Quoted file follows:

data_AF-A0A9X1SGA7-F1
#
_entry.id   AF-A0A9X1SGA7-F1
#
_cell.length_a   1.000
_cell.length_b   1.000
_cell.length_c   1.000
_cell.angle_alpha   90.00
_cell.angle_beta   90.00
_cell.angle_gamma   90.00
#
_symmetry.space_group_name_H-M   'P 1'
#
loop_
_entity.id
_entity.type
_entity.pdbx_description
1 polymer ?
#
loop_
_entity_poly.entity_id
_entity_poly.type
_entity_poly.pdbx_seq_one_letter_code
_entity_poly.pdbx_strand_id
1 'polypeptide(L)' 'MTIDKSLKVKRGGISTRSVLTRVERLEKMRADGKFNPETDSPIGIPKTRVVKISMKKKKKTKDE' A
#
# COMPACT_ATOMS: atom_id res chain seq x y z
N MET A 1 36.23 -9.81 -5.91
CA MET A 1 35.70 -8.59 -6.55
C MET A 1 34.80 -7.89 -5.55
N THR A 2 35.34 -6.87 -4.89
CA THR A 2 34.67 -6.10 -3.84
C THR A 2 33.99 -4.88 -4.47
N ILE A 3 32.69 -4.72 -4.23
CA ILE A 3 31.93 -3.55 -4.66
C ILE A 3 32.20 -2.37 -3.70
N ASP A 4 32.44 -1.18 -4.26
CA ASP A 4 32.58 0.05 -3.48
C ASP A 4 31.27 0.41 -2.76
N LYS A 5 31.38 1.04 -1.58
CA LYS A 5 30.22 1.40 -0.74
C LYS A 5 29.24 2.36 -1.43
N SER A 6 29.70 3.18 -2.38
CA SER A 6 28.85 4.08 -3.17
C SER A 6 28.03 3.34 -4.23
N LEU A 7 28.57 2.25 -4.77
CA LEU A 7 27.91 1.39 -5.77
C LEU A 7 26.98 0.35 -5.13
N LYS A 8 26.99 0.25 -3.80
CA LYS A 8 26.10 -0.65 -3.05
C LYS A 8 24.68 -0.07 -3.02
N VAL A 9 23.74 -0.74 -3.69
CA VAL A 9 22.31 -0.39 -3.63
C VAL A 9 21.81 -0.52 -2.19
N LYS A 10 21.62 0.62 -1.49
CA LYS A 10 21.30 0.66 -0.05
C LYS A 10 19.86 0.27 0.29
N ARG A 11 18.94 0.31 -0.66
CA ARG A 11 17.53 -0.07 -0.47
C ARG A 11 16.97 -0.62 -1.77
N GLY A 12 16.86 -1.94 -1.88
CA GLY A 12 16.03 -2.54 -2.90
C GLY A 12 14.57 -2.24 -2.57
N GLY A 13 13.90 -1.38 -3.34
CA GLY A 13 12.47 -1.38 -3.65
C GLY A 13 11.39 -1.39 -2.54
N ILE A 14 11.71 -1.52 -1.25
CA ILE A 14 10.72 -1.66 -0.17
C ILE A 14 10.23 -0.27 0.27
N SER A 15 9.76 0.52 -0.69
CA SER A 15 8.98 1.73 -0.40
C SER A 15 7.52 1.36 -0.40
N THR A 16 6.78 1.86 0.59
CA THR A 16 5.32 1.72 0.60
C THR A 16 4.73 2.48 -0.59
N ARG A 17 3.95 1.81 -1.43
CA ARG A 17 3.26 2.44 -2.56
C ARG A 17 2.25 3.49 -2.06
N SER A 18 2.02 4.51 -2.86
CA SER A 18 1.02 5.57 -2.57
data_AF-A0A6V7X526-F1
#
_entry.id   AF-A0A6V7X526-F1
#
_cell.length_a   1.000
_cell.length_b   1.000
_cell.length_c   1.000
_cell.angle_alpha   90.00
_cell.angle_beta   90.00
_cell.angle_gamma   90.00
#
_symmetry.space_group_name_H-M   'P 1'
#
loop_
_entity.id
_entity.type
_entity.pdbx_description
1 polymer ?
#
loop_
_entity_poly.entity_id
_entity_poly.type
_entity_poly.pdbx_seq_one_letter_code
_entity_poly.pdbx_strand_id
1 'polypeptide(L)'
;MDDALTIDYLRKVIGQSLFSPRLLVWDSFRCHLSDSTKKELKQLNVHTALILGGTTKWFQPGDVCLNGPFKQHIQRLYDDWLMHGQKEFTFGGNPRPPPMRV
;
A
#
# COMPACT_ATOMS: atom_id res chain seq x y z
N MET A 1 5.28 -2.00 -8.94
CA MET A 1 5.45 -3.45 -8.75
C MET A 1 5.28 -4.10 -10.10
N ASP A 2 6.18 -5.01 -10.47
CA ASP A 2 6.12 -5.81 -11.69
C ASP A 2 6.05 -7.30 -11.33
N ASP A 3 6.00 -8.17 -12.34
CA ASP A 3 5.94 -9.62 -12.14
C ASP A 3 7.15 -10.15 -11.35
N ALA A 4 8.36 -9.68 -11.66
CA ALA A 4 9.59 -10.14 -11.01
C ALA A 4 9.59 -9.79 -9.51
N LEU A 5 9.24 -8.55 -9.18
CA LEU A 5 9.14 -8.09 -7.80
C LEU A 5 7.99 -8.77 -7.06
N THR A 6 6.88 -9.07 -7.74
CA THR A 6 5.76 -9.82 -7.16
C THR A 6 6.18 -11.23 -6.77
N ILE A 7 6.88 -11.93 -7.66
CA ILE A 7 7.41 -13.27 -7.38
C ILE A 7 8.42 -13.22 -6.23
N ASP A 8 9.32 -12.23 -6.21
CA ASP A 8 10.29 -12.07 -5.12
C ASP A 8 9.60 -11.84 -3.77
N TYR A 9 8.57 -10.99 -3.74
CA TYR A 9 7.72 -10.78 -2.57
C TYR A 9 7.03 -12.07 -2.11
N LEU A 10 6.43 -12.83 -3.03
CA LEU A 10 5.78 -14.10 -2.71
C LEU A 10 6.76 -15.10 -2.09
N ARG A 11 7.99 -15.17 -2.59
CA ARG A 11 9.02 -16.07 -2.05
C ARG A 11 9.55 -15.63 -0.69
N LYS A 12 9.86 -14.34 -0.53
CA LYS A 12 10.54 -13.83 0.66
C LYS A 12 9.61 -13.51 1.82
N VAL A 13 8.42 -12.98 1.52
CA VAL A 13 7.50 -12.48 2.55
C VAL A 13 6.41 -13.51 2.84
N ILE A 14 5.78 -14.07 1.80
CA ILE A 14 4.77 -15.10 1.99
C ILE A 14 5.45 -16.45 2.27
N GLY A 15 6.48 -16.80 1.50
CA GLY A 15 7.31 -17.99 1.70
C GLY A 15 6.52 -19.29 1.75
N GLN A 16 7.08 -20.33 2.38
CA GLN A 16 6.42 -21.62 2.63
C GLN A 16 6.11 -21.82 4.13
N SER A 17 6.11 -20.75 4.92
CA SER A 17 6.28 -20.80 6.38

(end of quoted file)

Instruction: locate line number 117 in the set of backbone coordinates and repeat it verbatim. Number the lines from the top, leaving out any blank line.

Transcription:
N ASP A 3 6.00 -8.17 -12.34